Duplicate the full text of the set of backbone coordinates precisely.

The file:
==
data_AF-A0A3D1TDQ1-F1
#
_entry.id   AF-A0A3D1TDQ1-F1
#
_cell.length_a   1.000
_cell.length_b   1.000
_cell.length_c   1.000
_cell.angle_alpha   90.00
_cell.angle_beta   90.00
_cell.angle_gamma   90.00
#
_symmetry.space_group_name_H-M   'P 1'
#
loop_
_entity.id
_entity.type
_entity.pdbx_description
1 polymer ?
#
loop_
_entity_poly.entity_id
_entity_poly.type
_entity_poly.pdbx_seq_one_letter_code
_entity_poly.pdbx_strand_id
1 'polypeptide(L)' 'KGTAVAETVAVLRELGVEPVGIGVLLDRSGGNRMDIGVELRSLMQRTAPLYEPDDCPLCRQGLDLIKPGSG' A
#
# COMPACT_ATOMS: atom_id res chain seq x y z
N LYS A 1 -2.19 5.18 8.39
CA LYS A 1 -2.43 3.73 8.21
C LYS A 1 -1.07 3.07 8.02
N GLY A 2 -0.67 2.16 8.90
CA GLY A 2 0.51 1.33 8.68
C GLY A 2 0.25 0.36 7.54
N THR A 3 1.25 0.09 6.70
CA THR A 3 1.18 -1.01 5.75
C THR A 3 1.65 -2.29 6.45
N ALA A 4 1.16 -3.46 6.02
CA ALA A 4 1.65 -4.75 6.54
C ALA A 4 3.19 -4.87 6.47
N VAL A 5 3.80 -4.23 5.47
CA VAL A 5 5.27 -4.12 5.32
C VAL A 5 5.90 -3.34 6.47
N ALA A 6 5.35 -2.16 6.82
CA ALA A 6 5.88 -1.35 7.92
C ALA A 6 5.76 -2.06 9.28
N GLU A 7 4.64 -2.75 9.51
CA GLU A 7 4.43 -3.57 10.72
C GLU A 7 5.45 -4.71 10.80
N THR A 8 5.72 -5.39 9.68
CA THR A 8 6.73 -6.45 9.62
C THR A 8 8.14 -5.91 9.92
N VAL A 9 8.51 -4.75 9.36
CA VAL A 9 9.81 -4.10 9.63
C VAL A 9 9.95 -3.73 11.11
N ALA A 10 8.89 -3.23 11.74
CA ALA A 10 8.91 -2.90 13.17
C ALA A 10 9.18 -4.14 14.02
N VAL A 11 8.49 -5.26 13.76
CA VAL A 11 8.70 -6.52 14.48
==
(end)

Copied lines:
data_AF-A0A3D1TDQ1-F1
#
_entry.id   AF-A0A3D1TDQ1-F1
#
_cell.length_a   1.000
_cell.length_b   1.000
_cell.length_c   1.000
_cell.angle_alpha   90.00
_cell.angle_beta   90.00
_cell.angle_gamma   90.00
#
_symmetry.space_group_name_H-M   'P 1'
#
loop_
_entity.id
_entity.type
_entity.pdbx_description
1 polymer ?
#
loop_
_entity_poly.entity_id
_entity_poly.type
_entity_poly.pdbx_seq_one_letter_code
_entity_poly.pdbx_strand_id
1 'polypeptide(L)' 'KGTAVAETVAVLRELGVEPVGIGVLLDRSGGNRMDIGVELRSLMQRTAPLYEPDDCPLCRQGLDLIKPGSG' A
#
# COMPACT_ATOMS: atom_id res chain seq x y z
N LYS A 1 -2.19 5.18 8.39
CA LYS A 1 -2.43 3.73 8.21
C LYS A 1 -1.07 3.07 8.02
N GLY A 2 -0.67 2.16 8.90
CA GLY A 2 0.51 1.33 8.68
C GLY A 2 0.25 0.36 7.54
N THR A 3 1.25 0.09 6.70
CA THR A 3 1.18 -1.01 5.75
C THR A 3 1.65 -2.29 6.45
N ALA A 4 1.16 -3.46 6.02
CA ALA A 4 1.65 -4.75 6.54
C ALA A 4 3.19 -4.87 6.47
N VAL A 5 3.80 -4.23 5.47
CA VAL A 5 5.27 -4.12 5.32
C VAL A 5 5.90 -3.34 6.47
N ALA A 6 5.35 -2.16 6.82
CA ALA A 6 5.88 -1.35 7.92
C ALA A 6 5.76 -2.06 9.28
N GLU A 7 4.64 -2.75 9.51
CA GLU A 7 4.43 -3.57 10.72
C GLU A 7 5.45 -4.71 10.80
N THR A 8 5.72 -5.39 9.68
CA THR A 8 6.73 -6.45 9.62
C THR A 8 8.14 -5.91 9.92
N VAL A 9 8.51 -4.75 9.36
CA VAL A 9 9.81 -4.10 9.63
C VAL A 9 9.95 -3.73 11.11
N ALA A 10 8.89 -3.23 11.74
CA ALA A 10 8.91 -2.90 13.17
C ALA A 10 9.18 -4.14 14.02
N VAL A 11 8.49 -5.26 13.76
CA VAL A 11 8.70 -6.52 14.48